The number of American households with life insurance is now at its lowest level in more than 50 years. This has put millions of families at significant financial risk should the family’s breadwinner die prematurely.
At present, about 44% of American households have some form of individual life insurance. Another 26% have life insurance through an employer–based plan. That leaves 30% of American households with no form of protection from the calamitous effects of a loss of income.
Even more concerning is knowledge that approximately 11 million American households with children under the age of 18 remain at risk due to the death of a breadwinner. Many of these households are headed by a single parent, which puts an undue strain on the lives of relatives and on the budgets of government welfare programs.
These numbers represent a decline of nearly 39% from 1960 when about 72% of American households owned individual life insurance. The numbers were even higher when adding the number of Americans enrolled in an employer-based plan in the 1960s. Interestingly, this drop in coverage comes at a time when premiums for life insurance have never been lower.
You see, life insurance premiums are based on mortality tables from which insurers calculate the likelihood of premature death. Advances in medicine are responsible for life expectancies in the Unites States reaching 78.8 years in 2015. The longer lifespans means insurers can spread smaller monthly payments over a longer period of time.
Now, despite the trend in lower premiums, life insurers will continue to see falling numbers of policies sold in the United States, which have declined by about 27% – from 40 million policies in 2001 to roughly 27 million policies in 2013. But perhaps more important is something not apparent from those numbers…
You see, in 1960 the average life insurance policy was held for more than a decade before a customer stopped making premium payments. That figure no longer holds true. In 2014, more than 25% of new life insurance policies sold will lapse for non-payment in the first three years after being issued. That figure grows to more than 40% of all life insurance policies after five years.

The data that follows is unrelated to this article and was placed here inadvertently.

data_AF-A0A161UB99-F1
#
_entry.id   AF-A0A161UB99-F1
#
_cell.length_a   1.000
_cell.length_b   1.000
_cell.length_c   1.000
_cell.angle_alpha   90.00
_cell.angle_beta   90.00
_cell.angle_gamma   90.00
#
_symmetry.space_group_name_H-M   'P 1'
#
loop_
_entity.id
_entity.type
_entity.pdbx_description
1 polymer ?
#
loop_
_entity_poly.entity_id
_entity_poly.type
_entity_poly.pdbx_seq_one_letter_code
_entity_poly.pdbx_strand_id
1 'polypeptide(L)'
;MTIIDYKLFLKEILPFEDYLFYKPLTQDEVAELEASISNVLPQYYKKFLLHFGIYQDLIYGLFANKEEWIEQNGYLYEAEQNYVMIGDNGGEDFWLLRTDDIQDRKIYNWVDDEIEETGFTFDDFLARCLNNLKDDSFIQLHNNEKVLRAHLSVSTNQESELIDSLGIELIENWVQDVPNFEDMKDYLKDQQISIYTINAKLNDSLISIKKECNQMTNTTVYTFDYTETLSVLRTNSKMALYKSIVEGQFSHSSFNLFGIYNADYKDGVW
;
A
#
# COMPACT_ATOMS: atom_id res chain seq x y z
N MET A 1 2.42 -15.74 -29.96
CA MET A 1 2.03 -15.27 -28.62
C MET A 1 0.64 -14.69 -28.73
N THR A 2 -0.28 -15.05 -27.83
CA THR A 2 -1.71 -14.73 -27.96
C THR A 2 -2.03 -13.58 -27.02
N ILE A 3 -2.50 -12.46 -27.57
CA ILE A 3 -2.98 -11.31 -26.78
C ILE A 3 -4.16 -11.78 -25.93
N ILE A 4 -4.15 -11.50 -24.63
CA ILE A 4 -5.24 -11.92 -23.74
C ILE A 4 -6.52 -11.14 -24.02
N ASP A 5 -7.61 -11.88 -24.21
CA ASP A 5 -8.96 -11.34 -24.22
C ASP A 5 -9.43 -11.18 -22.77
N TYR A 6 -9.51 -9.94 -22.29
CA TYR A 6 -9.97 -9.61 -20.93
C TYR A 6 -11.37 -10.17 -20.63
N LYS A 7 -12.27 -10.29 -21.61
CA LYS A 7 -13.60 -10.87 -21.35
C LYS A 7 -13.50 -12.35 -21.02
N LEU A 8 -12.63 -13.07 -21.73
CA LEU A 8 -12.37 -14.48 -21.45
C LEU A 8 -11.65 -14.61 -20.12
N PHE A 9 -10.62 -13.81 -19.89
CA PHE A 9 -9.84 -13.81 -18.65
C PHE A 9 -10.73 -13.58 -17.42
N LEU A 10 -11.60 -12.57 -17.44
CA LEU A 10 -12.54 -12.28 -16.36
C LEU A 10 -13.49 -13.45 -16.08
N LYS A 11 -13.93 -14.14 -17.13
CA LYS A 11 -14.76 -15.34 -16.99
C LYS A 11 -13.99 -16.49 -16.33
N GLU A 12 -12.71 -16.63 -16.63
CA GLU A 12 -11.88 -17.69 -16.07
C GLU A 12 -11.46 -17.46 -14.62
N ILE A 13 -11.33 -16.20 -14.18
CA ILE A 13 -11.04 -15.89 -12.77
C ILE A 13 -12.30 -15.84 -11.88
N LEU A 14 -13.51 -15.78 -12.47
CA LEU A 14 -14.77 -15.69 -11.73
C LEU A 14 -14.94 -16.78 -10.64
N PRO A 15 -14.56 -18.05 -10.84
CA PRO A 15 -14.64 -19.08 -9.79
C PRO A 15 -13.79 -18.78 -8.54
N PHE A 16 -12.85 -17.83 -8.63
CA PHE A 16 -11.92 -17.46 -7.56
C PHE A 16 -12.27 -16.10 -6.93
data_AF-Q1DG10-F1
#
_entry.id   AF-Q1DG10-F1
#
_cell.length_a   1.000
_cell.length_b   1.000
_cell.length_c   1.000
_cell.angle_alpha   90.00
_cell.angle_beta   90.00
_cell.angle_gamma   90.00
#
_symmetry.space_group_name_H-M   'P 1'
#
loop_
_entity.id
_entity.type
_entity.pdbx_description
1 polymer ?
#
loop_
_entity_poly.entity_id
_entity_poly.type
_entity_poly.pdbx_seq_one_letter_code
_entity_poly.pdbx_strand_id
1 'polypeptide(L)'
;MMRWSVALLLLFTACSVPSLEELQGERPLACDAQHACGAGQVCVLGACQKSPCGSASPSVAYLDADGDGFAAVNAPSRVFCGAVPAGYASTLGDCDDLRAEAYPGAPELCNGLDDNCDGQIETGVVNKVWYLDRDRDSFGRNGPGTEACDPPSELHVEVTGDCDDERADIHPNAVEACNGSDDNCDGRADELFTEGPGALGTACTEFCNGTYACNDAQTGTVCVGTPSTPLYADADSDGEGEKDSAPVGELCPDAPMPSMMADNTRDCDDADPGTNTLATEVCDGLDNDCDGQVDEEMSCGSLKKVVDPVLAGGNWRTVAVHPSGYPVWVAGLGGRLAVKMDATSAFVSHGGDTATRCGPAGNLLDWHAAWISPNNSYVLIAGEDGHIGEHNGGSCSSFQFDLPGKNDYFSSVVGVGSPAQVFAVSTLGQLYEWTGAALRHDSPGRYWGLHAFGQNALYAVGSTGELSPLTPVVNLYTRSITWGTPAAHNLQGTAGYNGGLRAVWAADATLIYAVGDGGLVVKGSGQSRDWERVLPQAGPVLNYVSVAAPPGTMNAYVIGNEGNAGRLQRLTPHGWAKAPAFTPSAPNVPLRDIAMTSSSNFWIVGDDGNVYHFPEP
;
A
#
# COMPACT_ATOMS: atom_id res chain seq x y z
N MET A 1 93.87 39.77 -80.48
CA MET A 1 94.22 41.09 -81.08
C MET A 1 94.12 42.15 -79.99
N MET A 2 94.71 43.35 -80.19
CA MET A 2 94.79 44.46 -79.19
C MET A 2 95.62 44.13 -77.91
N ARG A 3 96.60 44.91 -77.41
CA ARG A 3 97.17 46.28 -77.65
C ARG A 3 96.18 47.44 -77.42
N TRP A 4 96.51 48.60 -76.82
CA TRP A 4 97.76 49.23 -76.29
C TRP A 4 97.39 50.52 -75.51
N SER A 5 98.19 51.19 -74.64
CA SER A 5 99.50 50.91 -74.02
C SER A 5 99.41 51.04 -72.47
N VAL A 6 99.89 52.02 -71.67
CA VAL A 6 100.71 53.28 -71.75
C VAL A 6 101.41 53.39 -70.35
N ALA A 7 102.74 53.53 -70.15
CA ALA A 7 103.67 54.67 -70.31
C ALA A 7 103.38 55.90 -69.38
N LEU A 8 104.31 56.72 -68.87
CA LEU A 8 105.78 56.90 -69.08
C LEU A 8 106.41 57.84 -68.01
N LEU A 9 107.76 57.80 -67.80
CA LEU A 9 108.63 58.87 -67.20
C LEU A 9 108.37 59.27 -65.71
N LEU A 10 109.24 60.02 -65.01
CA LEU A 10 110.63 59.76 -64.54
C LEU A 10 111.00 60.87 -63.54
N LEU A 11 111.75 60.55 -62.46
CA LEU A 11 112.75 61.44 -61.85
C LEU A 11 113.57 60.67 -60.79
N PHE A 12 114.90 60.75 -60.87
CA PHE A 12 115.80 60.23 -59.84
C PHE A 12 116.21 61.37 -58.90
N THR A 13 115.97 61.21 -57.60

But this isn’t the only trend working against the sale of life insurance in the United States. Despite several years of moderate improvement in the economy since the height of the financial crisis, the number of workers in the civilian labor force continues to decline. The number of working Americans is lower now than at any time since 1977 – despite the U.S. population increasing by more than 100 million individuals.
This has resulted in fewer workers earning a paycheck, but something else, too. Growing numbers of family members once on their own are moving back home to live with parents. This is increasing the size of the average American household. It also raises the risk of financial ruin should the primary breadwinner die unexpectedly.
But the problems facing the insurance industry aren’t limited to falling policy counts. Even the 70% of American households that have individual or employer based plans face the consequences of poor decisions.
You see, the main purpose for life insurance is to replace the lost income of a breadwinner. And that means a life insurance policy will need to replace an annual income of about $45,000 per year, according to census data.
But the face amount of life insurance sold in the U.S. has stabilized at roughly $168,000 after rising for nearly two decades. This is an important point.
You see, after paying last expenses and funeral costs, most Americans are left with enough money to replace a breadwinner’s lost income for slightly more than three years. After that, family members will be forced to alter living standards. This often includes the sale of a family home.
It need not be this way. Remember, costs for life insurance have never been lower. It’s possible for a 45-year old male to purchase upwards of $1 million or more of life insurance for less than $50 per month. Of course, the premium will be based on the specific age and health condition of the applicant. But a million dollar policy will easily replace the lost income of a breadwinner.
But the real benefit is that the income is replaced forever – not just three years. And this just might make you a hero to your loved ones.